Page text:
Given that many of these people died not because they asked for it (a human being instinctively strives at preserving its own life), but mostly because the state has failed to provide them with basic medical care as mandated by the Constitutions, could we then say that the state might be complicit in the killing of its citizens? If we agree that these victims died not because they wished it but rather due to the government’s negligence and irresponsibility, to what extent does the state share in their deaths? While it may be true, and most people would subscribe to this line of argument, that the government cannot be morally culpable for the death of any person who died because they could not pay for their medical care, being that the government is not directly involved in the killing of the person, I would, however, argue that the government might be indirectly complicit in the death of these people. Considering the enormous oil reserves and revenues available to the government, I would be inclined to argue that the government’s failure to guarantee a system where no one should have to die for lack of money makes the state indirectly involved in the death of the poor.

Besides deaths resulting from the medical system’s failure, there are countless other instances – the many unresolved law-enforcement extra-judicial killing of citizens readily comes to mind here – where the government has been negligent in investigating these killings and taking steps to prevent future unwarranted deaths. This nonchalance toward protecting lives lends credence to the perception that the state does not care about the lives of ordinary citizens. Also, the penchant of government officials and their families for traveling overseas for treatment while most hospitals are left ill-equipped is another strong evidence of apathy toward the people’s health. This action gives the impression that some lives are more worthy than others, that the lives of the poor are less important relative to those of the well-off.

Because of the state’s unconstitutional negligence in matters of health of its citizens, Nigerians and the ethical community must reclaim their role in holding the government accountable for the lives of citizens who died due to poor healthcare delivery.  Recently, Nigerian lawyer Emmanuel Ekpenyong has taken the government to task for the loss of lives as a result of “unlawful acts of commission or omission by the Nigerian State.”[10]  He instituted a lawsuit against the Federal Republic of Nigeria’s president, requesting the Court to clarify and “define what the Right to Life of persons in Nigeria actually means.”[11] He is seeking the Court to declare that the right to life under Section 33 (1) of the Nigerian Constitution extends beyond “mere physical and animal existence” to include also the right to “complete and dignified life” as well as the “right to health care.”[12] This step is commendable and a good beginning. The government must realize how it is knowingly or unknowingly “euthanizing” fellow citizens.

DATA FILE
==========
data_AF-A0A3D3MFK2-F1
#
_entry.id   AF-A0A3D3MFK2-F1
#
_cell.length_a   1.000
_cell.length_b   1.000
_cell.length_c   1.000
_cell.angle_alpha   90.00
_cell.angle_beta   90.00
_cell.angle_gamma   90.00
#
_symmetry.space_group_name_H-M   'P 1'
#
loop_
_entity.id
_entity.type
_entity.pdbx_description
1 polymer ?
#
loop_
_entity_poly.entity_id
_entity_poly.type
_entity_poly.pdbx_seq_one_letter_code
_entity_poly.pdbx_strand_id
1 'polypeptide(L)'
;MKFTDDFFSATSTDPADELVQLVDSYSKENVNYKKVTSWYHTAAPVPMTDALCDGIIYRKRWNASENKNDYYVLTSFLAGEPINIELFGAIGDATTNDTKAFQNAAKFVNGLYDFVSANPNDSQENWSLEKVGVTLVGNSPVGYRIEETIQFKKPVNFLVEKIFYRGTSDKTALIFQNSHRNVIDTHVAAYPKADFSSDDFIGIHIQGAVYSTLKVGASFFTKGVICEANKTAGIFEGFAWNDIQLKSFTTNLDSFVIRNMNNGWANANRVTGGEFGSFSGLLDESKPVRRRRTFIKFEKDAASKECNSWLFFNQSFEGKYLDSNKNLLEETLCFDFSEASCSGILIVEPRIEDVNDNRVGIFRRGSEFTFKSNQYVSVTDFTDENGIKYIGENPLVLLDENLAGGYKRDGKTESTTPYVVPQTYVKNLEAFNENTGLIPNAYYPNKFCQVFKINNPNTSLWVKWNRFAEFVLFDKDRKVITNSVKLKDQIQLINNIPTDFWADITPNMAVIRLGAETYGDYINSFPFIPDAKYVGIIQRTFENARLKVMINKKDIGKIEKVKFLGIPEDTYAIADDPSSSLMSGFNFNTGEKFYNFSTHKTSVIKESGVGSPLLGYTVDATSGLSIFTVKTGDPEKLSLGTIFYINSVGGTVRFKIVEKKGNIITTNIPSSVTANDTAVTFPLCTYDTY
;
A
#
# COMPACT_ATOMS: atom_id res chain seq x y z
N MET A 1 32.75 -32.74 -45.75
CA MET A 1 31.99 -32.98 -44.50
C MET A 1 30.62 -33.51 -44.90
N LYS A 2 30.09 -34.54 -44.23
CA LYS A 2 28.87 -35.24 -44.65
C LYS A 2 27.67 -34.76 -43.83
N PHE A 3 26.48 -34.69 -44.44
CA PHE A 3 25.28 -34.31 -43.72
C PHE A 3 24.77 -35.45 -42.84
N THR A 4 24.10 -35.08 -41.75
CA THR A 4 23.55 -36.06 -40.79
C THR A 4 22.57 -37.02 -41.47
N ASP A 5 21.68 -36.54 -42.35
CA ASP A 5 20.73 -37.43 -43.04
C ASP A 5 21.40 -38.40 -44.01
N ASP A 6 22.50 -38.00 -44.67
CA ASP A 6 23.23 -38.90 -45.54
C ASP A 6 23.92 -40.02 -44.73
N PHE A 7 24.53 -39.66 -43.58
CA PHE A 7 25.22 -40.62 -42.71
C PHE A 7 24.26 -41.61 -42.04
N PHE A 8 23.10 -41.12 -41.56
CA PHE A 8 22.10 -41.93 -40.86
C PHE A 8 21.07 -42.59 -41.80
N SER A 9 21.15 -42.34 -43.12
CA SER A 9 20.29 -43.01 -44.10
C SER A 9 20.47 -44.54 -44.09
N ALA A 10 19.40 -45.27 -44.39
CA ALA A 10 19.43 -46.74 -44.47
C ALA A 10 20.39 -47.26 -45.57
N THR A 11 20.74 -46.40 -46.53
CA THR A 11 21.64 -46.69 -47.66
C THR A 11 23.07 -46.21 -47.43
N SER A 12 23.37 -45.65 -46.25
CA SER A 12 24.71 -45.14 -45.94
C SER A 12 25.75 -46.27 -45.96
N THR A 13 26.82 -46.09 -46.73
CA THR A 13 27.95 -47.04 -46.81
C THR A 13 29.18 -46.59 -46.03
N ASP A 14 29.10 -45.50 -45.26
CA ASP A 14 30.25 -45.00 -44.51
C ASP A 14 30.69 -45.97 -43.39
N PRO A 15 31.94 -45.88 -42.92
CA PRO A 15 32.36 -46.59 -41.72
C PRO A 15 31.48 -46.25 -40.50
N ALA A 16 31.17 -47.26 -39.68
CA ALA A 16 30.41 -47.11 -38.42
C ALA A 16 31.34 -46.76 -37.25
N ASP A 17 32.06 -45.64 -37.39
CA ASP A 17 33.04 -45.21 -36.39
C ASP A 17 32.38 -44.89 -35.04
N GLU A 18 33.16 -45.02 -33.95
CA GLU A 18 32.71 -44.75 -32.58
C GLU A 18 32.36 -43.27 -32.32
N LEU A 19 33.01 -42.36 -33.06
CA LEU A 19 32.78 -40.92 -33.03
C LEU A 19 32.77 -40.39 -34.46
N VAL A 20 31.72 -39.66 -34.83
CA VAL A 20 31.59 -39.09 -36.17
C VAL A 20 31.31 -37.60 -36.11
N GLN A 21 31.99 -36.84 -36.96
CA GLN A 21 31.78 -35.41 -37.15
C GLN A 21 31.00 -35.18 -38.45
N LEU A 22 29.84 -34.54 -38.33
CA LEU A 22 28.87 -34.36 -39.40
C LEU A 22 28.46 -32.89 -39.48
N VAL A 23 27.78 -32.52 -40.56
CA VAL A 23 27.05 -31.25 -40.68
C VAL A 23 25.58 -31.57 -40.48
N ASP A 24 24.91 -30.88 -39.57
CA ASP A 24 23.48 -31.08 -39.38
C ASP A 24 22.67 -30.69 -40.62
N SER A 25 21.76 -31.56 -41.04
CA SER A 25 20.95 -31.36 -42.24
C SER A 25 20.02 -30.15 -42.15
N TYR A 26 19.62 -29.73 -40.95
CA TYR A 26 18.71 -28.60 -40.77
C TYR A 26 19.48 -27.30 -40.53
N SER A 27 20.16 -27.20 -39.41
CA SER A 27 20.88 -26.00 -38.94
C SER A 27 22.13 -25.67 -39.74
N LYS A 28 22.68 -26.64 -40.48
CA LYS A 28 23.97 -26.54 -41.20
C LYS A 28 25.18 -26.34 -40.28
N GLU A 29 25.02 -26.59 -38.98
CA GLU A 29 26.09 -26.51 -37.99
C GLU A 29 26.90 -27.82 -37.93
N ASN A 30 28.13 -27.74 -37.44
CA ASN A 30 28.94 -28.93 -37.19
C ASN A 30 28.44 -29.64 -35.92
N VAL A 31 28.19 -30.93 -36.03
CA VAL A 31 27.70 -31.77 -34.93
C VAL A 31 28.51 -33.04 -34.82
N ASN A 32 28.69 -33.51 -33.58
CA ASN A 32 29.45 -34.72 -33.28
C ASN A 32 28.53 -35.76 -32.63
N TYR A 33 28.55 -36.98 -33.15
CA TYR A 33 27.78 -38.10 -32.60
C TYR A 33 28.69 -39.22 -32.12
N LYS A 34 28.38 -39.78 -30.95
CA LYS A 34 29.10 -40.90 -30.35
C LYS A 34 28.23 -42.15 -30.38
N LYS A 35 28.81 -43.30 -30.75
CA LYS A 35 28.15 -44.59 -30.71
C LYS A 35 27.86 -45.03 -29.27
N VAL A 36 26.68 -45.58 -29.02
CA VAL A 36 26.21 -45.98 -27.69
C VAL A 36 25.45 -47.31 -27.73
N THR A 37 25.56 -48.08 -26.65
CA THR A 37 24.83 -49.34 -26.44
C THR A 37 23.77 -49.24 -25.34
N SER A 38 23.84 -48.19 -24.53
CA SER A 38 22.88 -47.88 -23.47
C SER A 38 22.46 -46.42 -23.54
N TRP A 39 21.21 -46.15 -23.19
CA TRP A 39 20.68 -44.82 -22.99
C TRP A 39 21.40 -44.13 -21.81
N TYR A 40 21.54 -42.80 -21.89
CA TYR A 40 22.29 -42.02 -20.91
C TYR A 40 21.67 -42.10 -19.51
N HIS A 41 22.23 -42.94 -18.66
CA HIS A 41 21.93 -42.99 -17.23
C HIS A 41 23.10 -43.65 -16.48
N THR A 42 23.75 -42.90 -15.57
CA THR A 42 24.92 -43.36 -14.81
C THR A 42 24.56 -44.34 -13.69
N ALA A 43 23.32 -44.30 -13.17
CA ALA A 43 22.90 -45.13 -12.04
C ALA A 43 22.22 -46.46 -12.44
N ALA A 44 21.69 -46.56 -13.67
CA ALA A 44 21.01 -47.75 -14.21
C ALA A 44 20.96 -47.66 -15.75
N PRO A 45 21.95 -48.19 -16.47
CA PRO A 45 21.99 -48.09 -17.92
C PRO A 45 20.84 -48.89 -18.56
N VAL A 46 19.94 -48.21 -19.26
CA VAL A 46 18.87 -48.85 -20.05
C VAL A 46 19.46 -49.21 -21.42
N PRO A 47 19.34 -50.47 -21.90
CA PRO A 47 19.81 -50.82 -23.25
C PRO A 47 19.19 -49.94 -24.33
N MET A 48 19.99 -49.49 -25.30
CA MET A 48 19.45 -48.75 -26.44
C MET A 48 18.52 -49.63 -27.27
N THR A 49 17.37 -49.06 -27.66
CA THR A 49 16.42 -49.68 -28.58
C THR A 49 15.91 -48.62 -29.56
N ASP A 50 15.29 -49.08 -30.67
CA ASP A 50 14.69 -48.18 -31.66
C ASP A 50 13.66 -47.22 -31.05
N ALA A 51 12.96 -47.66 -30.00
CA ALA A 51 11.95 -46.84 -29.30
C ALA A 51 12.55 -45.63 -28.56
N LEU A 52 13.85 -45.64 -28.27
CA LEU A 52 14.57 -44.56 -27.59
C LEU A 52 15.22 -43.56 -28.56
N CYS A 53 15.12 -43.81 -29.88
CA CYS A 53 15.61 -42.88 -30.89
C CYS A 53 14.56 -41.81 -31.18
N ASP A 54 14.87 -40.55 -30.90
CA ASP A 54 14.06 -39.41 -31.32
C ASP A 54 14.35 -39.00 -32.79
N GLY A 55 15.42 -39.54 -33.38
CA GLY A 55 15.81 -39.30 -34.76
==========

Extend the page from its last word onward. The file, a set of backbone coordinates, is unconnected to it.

While many can excuse the state simply because it cannot possibly provide health care for all its citizens, it has no excuse not to support private investors in building hospitals, pharmaceutical and medical equipment manufacturing companies to help improve health and extend the lives of the populace. Unfortunately, the notoriously inefficient, corrupt, and unpredictable government machinery makes needed changes in the health sector almost impossible.  Commendably, the present government of general Muhammad Buhari has signed an executive order to ease and promote business in the country. However, how this has translated to better health care is not immediately apparent.  Nevertheless, this is a step in the right direction that, if maintained, would no doubt usher in a new era where most people can access health care without constantly fearing the possibility of dying from lack of adequate medical assistance.

The current federal government’s fight against corruption is also laudable not only because there is a link between corruption and poor quality of life and but also because of correlation between good governance and people’s wellbeing. In the spirit and letter of the Constitution of Nigeria, which mandates the state to protect citizens’ lives, the government will be judged by how much it can make healthcare accessible by all. It is only reasonable, therefore, that government begins to redirect policy and resources to this essential service it owes the people if the country is to flourish materially and humanly. A country or culture that does not take the health of its citizens seriously runs the risk of failing in other parameters, such as weakening its competitiveness in the global social and economic systems. The government should consider the vital connection between healthcare and a nation’s development to prevent this. In that case, health care must be addressed as a priority and not a privilege.  This priority must include efforts to redress the perception that governmental inefficiency indirectly participates in the “killing” of its citizens.

[1] Emma Bryce and Wana Udobang, “Nigerian Hospitals Are Locking Up Women Unable to Pay Their Childbirth Bills,” Vice.Com (April 1, 2019).

[2] “Human rights and health,” WHO (December 29, 2017).

[3] Ibid.

[4] Nigeria’s 1999 Constitution, Chapter Two.

[5] Vinayak Bhardwaj, “Does Nigeria have the lowest health budget in Africa?” Africa check online (May 16, 2016).

[6] Ibid.

[7] Agnes Gatome-Munyua and Nkechi Olalere, “Public financing for health in Africa: 15% of an elephant is not 15% of a chicken,” Africa Renewal (October 13, 2020).

[8] Simona Varrella, “Health expenditure as share of GDP in Nigeria from 2006 to 2018,” Statista (Sep 22, 2021).

[9] Kiran Pandey, “Can Nigeria kill the fuel subsidy?” (May 22, 2019).

[10] Fred-Young & Evans LP, “Nigeria: I Am Confused. What Does My Right To Life Mean In Nigeria?” (August 10, 2020).

[11] Ibid.

[12] Ibid.